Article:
Contra Costa County's portion of the urban stormwater wasteload allocation in the San Francisco Bay PCBs Total Maximum Daily Load (TMDL) is 0.3 kilograms per year (kg/yr), which represents a 90% reduction from the TMDL's assumed 2003 baseline PCBs load.
Provisions C.11 and C.12 of the San Francisco Bay Municipal Regional Stormwater Permit (MRP) require that the Permittees prepare Reasonable Assurance Analyses (RAAs) to, among other objectives, quantitatively demonstrate that PCBs reductions of at least 0.5 kg/yr will be realized within Contra Costa County by 2040 through implementation of green infrastructure (GI) projects.
Contra Costa County's RAA reassesses the baseline PCBs load and estimates current and projected PCBs load reductions through existing, planned, and projected public and private (i.e., new development and redevelopment) GI projects. Public GI includes both regulated public projects as well as voluntary GI retrofit projects, which were incorporated into GI Plans prepared by the Permittees per MRP Provision C.3. The preliminary results of the RAA indicate that the Contra Costa County Permittees would collectively need to reduce an additional 56 grams of PCBs through GI to meet the MRP-required load reductions through GI by 2040.
For comparison, the total PCBs loads reduced through public and private GI projects countywide from 2003 – 2020 is approximately 118 g/yr (or about 7 g/yr on average). A complicating factor in the implementation of GI to achieve PCBs load reductions is that PCBs load (and therefore, potential load reduction) varies greatly depending on land use type, with "Old Industrial" (i.e., pre-1980s industrial) land uses having the greatest PCBs loads in stormwater runoff.
In this light, the Contra Costa Countywide Clean Water Program (CCCWP) has been investigating more efficient ways to implement GI to achieve the MRP-stipulated load reduction goal. Some Contra Costa County communities without opportunities to reduce PCBs via GI might potentially fund GI projects in communities that do have such opportunities, including the potential for "trading" of PCBs load reduction credit achieved through implementation of GI in more polluted areas. The Permittees would continue to consider how to balance the goals of efficient PCBs load reduction via GI (which has been demonstrated to be highly location-specific, and not obtainable by all Permittees) versus other GI multiple benefits (e.g., urban greening, other urban runoff pollutant removal, flood control, groundwater recharge, habitat enhancement, etc.).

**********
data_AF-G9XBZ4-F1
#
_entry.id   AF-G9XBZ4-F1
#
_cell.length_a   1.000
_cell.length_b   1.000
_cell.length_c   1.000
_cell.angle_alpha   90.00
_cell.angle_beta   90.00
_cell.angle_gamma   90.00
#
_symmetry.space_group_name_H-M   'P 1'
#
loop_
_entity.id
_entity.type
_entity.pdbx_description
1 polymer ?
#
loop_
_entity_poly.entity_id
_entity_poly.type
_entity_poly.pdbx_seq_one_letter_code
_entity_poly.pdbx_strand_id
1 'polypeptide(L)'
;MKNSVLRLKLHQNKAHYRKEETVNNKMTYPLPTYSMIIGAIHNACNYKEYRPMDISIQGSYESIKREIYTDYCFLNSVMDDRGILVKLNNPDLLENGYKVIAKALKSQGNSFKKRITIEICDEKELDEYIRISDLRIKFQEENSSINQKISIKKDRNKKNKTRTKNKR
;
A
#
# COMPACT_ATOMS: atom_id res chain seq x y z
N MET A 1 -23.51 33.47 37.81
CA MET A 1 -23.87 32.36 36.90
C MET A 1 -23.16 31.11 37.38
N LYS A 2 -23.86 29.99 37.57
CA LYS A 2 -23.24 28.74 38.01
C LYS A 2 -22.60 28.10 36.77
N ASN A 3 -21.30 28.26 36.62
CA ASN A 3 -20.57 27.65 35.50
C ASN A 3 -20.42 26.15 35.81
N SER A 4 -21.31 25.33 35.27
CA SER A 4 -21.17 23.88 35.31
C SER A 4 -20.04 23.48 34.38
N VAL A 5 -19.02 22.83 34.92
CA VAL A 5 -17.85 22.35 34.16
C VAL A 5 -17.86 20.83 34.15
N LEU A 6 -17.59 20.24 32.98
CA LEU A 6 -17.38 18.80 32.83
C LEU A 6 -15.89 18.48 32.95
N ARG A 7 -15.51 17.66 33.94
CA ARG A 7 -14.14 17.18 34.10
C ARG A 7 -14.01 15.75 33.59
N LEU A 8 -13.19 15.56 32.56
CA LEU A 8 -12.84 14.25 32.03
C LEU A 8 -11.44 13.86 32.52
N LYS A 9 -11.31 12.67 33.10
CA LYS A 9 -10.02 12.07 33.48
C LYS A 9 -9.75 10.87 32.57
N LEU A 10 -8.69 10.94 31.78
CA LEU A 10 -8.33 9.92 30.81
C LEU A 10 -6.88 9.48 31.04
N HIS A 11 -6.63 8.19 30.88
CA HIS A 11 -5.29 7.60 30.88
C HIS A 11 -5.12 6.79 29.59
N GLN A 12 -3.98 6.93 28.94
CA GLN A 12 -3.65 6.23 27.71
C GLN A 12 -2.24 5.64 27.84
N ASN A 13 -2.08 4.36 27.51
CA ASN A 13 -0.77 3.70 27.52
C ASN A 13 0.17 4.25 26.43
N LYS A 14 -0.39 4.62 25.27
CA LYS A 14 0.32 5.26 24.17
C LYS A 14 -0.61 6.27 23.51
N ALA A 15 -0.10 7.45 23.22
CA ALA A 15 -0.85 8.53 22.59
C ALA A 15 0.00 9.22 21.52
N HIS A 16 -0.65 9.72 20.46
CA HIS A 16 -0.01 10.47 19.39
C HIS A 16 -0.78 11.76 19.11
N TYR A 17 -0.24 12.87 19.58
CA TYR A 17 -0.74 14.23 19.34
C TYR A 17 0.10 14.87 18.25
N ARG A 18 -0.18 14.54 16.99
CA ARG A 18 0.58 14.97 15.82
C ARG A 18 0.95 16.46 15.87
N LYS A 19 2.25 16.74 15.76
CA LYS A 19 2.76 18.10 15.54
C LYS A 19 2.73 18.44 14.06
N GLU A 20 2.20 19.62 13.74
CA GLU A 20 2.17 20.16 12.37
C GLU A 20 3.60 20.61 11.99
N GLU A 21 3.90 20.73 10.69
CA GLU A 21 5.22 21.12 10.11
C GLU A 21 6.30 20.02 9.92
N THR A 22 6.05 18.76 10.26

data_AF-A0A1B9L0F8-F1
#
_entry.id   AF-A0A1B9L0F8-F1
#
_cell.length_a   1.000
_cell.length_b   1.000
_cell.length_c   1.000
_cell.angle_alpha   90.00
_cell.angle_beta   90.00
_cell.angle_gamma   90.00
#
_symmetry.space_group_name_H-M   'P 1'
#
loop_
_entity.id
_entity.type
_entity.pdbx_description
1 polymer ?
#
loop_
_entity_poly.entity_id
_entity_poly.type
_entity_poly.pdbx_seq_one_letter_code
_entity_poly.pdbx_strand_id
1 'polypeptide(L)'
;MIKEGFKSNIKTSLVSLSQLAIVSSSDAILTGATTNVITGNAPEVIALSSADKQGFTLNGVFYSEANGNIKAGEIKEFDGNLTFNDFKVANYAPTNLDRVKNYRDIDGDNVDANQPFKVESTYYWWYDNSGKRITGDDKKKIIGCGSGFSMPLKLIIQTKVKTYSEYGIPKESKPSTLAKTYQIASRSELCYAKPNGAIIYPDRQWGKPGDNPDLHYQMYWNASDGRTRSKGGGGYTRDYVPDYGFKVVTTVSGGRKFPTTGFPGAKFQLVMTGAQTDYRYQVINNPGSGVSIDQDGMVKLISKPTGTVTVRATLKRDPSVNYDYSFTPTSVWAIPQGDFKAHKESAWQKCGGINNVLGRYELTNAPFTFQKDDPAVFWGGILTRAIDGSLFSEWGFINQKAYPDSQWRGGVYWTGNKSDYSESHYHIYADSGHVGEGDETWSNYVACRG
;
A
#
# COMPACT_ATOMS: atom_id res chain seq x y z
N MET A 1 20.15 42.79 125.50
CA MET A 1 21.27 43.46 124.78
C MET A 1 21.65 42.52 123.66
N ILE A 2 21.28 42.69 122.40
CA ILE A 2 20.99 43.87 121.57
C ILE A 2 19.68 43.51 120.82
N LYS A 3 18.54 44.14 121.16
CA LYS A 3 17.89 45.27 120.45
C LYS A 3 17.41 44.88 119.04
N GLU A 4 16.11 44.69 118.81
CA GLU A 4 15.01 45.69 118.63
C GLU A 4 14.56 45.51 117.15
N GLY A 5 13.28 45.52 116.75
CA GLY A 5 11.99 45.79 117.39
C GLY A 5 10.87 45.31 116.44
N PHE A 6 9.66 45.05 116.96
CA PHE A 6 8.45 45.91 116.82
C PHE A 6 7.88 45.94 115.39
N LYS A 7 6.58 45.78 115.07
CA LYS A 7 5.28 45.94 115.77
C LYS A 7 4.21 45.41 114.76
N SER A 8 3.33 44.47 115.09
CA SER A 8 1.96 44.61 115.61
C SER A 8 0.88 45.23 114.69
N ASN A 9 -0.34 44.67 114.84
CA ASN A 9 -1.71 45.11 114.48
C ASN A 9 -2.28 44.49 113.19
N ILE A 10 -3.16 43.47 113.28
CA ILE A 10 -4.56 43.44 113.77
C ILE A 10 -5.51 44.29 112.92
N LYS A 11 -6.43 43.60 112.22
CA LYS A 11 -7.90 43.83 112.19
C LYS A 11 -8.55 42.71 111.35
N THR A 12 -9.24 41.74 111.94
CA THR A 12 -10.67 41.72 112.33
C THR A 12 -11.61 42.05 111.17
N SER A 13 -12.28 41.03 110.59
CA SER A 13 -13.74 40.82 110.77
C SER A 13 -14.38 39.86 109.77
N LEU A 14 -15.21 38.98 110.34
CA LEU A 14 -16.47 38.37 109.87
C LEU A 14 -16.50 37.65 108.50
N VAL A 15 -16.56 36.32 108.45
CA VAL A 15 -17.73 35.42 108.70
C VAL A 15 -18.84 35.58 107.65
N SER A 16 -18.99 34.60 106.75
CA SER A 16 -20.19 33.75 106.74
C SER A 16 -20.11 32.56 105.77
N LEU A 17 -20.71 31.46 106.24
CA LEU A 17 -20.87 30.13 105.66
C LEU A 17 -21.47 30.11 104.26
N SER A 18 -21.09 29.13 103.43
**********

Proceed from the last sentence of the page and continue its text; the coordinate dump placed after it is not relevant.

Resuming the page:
Because resources are limited, there will ultimately be trade-offs between the goals of PCBs load reduction via GI versus the other benefits of GI. In the majority of Contra Costa communities, which have few or no locations where PCBs loads could be efficiently reduced via GI, the pursuit of a potential Countywide Attainment Strategy would require trade-offs, including minimizing the opportunities to build community engagement and local support for GI. A similar trade-off exists within the communities that do have locations where PCBs loads could be efficiently reduced via GI, as the highest-ranked load-reduction locations rarely coincide with locations where other benefits to the community would be maximized.
This presentation will provide background on status of planning for PCBs TMDL compliance using GI and will discuss the compliance approach that Contra Costa Permittees have incorporated in their GI Plans and the Countywide Attainment scenario.
- Geosyntec Authors: Lisa Austin
- All Authors: Lisa Austin, Amanda Booth
- Title: 2019 CASQA Annual Conference
- Event or Publication: Event
- Practice Areas: Urban Stormwater Management Planning and Design
- Citation: Geosyntec will make substantial technical contributions at the California Stormwater Quality Association (CASQA) Annual Conference at the Monterey Conference Center in Monterey, California on October 7-9, 2019.
- Date: October 7-9, 2019.
- Location: Monterey, California
- Publication Type: Platform Presentation